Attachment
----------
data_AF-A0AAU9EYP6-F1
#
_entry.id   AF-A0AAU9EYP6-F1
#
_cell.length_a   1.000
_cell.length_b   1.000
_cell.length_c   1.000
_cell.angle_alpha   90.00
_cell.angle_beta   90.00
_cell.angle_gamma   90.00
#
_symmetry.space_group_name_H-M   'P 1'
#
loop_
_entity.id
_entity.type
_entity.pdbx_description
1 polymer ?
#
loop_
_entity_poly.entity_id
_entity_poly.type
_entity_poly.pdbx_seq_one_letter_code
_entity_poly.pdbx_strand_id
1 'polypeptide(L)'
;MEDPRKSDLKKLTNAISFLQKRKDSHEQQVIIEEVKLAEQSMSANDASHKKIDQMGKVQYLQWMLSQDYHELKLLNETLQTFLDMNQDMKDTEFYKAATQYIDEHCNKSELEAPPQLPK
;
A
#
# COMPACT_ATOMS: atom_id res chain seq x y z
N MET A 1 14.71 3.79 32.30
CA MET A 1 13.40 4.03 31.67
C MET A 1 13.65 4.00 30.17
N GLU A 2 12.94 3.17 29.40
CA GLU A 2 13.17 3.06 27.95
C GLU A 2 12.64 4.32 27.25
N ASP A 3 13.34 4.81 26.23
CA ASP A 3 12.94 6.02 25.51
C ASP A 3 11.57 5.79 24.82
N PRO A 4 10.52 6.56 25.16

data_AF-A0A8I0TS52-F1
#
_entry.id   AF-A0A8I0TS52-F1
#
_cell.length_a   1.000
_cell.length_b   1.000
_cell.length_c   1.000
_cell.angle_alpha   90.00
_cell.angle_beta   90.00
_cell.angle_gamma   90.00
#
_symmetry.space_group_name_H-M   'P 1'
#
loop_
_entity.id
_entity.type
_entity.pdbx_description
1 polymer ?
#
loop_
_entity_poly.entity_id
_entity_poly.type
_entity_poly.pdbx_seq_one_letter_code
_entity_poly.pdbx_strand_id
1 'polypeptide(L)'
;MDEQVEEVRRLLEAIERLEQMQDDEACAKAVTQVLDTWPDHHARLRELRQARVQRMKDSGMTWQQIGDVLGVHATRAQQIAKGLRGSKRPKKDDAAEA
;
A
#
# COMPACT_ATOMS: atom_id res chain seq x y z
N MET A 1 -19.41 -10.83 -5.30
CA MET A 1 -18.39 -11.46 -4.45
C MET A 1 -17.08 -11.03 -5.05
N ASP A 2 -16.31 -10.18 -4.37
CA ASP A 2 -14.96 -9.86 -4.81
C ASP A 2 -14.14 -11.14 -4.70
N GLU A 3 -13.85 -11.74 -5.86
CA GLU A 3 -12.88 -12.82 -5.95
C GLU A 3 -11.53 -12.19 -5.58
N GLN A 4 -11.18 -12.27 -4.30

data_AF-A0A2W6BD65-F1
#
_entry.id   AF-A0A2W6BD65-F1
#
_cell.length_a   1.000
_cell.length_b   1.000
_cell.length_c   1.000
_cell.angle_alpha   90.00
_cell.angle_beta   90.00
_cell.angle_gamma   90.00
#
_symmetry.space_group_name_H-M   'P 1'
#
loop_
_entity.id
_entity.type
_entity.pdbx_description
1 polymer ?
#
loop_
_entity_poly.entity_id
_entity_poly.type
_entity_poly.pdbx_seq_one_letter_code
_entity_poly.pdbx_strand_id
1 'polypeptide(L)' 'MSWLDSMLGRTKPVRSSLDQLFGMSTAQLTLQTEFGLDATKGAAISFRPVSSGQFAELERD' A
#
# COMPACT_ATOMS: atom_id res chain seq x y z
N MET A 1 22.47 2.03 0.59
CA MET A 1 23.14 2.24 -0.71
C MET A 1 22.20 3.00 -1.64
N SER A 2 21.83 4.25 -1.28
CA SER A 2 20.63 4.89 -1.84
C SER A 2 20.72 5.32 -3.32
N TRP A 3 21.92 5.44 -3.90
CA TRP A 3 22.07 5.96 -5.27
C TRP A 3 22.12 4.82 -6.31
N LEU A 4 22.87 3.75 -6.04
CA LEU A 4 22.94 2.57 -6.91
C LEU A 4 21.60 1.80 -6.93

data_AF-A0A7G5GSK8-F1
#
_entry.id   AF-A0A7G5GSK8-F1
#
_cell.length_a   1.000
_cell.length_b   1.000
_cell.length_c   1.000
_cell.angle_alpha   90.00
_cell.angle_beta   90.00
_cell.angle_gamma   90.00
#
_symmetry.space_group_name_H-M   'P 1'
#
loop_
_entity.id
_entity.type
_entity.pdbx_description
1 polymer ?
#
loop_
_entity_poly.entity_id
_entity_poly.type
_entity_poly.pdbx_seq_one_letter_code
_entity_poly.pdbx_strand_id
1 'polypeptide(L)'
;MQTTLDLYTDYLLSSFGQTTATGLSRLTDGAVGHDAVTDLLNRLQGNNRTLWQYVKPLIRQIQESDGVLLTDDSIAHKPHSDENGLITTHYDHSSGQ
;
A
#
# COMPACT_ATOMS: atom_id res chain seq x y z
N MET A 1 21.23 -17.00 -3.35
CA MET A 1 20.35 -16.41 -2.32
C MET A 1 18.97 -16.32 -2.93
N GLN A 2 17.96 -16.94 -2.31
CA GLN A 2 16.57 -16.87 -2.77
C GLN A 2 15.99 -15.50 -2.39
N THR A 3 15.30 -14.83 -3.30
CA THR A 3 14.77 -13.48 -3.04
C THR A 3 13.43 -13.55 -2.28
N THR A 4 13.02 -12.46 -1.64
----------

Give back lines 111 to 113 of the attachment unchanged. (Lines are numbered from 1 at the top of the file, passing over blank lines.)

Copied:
N SER A 2 21.83 4.25 -1.28
CA SER A 2 20.63 4.89 -1.84
C SER A 2 20.72 5.32 -3.32